Classifications

The WCB classifies employers based on the industry they do business in. This classification helps us in setting rates and determining premiums.

Industry Classifications and Premium Rates

Like all workers' compensation jurisdictions in Canada, we classify employers based on the industry they do business in rather than by occupation.

Classifications are based on the industry as a whole because:

Classification by occupation would lead to multiple classifications for each employer. Determining each occupation for each individual would be difficult and time consuming, and would not materially change an individual business's premium. As well, it would increase the WCB's need to audit employers and subsequently the administrative costs needed to run the compensation program.

Rating by occupation alone would greatly increase the number of classifications we use. Each of these classification units would be far smaller than the current industry classes, leading to a less stable statistical base and the possibility of wide fluctuations in assessment rates.

View the 2014 Firm Rates and Industry Codes

Industry Classification

In order to establish the premium rate an employer will pay, the Assessment Services Department ("ASD") needs to determine what kind of business activities an employer is engaged in.  We take into consideration such things as processes, end products and services, classifications of competitors, etc.  Based on this information, the employer is placed into the most suitable industry classifications.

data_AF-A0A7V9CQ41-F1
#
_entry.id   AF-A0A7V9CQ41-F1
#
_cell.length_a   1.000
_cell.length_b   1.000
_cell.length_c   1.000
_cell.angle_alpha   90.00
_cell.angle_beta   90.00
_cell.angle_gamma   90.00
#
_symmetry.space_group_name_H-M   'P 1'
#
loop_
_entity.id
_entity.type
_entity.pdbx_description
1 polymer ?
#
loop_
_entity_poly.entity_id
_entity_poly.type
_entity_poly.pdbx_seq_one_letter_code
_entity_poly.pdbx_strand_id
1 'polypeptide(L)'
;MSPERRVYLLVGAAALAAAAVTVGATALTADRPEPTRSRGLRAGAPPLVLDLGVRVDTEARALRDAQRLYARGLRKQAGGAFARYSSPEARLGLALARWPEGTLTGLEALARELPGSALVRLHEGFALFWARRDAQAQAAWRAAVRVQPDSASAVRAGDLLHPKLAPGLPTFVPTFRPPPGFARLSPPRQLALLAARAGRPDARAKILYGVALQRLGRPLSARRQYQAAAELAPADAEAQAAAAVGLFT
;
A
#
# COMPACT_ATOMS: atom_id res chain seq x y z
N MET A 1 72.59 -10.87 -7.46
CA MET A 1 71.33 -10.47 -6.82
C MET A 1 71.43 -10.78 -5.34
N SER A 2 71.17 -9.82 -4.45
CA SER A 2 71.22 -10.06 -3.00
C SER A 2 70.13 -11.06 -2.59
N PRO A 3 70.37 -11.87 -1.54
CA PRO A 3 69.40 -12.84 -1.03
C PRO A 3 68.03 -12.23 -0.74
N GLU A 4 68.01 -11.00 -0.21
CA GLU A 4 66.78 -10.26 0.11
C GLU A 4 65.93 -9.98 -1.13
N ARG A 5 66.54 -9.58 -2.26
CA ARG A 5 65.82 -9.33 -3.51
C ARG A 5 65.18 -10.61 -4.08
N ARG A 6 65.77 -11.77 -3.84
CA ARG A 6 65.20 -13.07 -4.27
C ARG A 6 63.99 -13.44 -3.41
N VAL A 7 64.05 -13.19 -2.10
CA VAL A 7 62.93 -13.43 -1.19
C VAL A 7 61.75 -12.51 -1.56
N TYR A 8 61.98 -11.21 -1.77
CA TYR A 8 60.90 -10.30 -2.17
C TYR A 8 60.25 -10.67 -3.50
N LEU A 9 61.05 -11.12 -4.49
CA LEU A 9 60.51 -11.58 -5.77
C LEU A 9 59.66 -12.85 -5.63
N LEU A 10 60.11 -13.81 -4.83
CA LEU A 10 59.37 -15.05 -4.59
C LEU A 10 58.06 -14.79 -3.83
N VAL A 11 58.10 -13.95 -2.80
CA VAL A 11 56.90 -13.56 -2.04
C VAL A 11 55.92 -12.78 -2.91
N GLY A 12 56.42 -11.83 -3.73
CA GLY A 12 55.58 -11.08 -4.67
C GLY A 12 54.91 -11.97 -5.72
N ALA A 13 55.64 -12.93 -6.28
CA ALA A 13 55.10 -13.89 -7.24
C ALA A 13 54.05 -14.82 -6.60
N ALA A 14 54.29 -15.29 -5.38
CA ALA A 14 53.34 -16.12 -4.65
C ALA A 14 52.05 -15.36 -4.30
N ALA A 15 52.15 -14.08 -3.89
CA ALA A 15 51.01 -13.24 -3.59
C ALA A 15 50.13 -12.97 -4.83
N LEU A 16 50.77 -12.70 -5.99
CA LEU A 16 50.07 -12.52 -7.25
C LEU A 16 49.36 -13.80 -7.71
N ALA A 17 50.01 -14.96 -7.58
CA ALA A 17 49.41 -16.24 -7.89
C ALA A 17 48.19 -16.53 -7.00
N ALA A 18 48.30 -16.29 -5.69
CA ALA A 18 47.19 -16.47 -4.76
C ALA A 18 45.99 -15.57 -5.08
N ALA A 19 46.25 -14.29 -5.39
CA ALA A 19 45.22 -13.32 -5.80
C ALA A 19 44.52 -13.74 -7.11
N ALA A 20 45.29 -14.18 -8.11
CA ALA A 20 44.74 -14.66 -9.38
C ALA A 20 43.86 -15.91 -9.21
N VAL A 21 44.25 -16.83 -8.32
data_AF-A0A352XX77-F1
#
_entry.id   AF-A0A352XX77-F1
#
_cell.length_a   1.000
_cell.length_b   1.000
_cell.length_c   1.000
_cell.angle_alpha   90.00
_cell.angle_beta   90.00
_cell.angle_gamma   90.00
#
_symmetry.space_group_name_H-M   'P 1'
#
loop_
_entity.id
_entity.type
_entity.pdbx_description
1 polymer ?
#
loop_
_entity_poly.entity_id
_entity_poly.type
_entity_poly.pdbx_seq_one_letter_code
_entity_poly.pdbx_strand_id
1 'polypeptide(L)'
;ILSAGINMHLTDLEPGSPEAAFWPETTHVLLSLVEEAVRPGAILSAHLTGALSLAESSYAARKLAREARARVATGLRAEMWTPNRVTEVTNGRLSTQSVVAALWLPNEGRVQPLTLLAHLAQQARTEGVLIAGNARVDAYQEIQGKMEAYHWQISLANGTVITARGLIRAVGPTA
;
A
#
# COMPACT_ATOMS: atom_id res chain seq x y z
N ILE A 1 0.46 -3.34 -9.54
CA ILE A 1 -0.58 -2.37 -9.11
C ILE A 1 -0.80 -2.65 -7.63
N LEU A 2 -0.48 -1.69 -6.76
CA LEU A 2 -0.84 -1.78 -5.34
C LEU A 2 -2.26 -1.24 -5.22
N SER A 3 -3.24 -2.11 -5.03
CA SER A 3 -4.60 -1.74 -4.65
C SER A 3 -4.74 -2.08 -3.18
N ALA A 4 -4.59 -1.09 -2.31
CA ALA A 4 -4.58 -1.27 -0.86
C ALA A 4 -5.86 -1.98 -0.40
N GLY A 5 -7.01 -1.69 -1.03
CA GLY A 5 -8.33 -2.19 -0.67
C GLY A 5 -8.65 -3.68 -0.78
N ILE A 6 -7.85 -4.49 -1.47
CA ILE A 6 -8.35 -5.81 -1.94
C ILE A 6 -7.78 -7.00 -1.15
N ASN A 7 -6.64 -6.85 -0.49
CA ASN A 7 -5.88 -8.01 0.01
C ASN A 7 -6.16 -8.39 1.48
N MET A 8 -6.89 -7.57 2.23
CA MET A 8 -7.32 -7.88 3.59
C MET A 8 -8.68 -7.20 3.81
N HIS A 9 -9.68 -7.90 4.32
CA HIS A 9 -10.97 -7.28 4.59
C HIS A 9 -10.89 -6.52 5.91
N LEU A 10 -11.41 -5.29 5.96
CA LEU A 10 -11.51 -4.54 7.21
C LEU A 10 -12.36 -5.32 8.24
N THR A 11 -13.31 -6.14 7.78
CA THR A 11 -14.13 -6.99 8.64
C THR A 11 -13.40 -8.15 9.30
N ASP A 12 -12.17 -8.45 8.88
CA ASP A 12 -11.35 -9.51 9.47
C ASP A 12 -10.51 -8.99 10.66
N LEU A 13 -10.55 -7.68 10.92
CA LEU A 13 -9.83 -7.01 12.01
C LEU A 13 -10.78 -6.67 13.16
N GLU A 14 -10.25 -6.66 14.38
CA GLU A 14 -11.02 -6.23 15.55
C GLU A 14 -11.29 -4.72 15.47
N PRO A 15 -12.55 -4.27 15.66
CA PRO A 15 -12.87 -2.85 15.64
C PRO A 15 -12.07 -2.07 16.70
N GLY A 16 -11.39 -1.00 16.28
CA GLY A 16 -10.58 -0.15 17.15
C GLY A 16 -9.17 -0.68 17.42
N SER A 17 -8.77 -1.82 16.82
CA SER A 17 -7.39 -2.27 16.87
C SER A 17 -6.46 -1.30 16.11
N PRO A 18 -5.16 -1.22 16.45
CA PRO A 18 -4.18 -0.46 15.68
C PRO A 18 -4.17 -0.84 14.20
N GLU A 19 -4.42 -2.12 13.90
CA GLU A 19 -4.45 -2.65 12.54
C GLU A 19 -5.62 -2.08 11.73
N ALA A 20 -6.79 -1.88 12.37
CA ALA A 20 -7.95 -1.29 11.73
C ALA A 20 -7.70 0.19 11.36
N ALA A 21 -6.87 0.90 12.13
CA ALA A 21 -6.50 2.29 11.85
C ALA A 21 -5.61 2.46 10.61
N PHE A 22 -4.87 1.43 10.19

Each industry classification is assigned a risk category based on the relative risk of the activity.  This risk category dictates the lowest and highest premium rate most employers assigned to that classification will pay.  Understandably, mining and logging firms pay higher premiums than flower shop owners due to the higher risk associated with those industries.

Rate Setting

The WCB's premium rate setting system is based on collective liability and experience rating.   Basically, this means most employers' premiums go into an "accident fund", which collectively, is used to pay the benefits of injured workers and the administrative costs of running the WCB.

An individual employer's premium rates are calculated by comparing that employer's injury experience (costs) to that of other employers who are of similar payroll size and who share the same level of risk.  These rates are set annually based on an overall "average rate", which is determined by the WCB based on forecasted expenditures.

The costs of workplace injuries that relate to your firm's rate calculation are reflected in monthly Firm Experience Statements.  If you have a question about a claim cost reflected on this statement, please contact our Claims Department at (204) 954-4922.

 

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